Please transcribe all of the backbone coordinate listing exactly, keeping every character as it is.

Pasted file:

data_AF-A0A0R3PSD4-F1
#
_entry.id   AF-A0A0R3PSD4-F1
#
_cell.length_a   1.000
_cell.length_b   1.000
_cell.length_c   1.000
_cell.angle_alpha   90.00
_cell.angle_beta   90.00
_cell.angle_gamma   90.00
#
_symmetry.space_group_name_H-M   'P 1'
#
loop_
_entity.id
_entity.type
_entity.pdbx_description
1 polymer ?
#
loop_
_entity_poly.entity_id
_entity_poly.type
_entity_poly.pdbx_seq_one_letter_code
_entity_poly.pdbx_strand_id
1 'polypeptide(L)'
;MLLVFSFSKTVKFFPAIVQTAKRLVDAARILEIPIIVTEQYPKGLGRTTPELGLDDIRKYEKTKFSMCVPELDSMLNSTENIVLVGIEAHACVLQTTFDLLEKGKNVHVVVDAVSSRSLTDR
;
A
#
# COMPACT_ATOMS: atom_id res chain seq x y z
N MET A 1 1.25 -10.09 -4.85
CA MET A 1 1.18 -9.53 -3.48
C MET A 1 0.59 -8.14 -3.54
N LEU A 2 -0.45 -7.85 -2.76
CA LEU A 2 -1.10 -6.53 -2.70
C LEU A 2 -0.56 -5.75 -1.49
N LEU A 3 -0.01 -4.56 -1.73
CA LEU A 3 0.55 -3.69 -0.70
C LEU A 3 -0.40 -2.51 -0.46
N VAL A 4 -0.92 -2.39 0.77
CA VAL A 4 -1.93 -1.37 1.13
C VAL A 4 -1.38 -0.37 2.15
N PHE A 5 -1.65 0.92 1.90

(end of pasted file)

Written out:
data_AF-A0A0R3PSD4-F1
#
_entry.id   AF-A0A0R3PSD4-F1
#
_cell.length_a   1.000
_cell.length_b   1.000
_cell.length_c   1.000
_cell.angle_alpha   90.00
_cell.angle_beta   90.00
_cell.angle_gamma   90.00
#
_symmetry.space_group_name_H-M   'P 1'
#
loop_
_entity.id
_entity.type
_entity.pdbx_description
1 polymer ?
#
loop_
_entity_poly.entity_id
_entity_poly.type
_entity_poly.pdbx_seq_one_letter_code
_entity_poly.pdbx_strand_id
1 'polypeptide(L)'
;MLLVFSFSKTVKFFPAIVQTAKRLVDAARILEIPIIVTEQYPKGLGRTTPELGLDDIRKYEKTKFSMCVPELDSMLNSTENIVLVGIEAHACVLQTTFDLLEKGKNVHVVVDAVSSRSLTDR
;
A
#
# COMPACT_ATOMS: atom_id res chain seq x y z
N MET A 1 1.25 -10.09 -4.85
CA MET A 1 1.18 -9.53 -3.48
C MET A 1 0.59 -8.14 -3.54
N LEU A 2 -0.45 -7.85 -2.76
CA LEU A 2 -1.10 -6.53 -2.70
C LEU A 2 -0.56 -5.75 -1.49
N LEU A 3 -0.01 -4.56 -1.73
CA LEU A 3 0.55 -3.69 -0.70
C LEU A 3 -0.40 -2.51 -0.46
N VAL A 4 -0.92 -2.39 0.77
CA VAL A 4 -1.93 -1.37 1.13
C VAL A 4 -1.38 -0.37 2.15
N PHE A 5 -1.65 0.92 1.90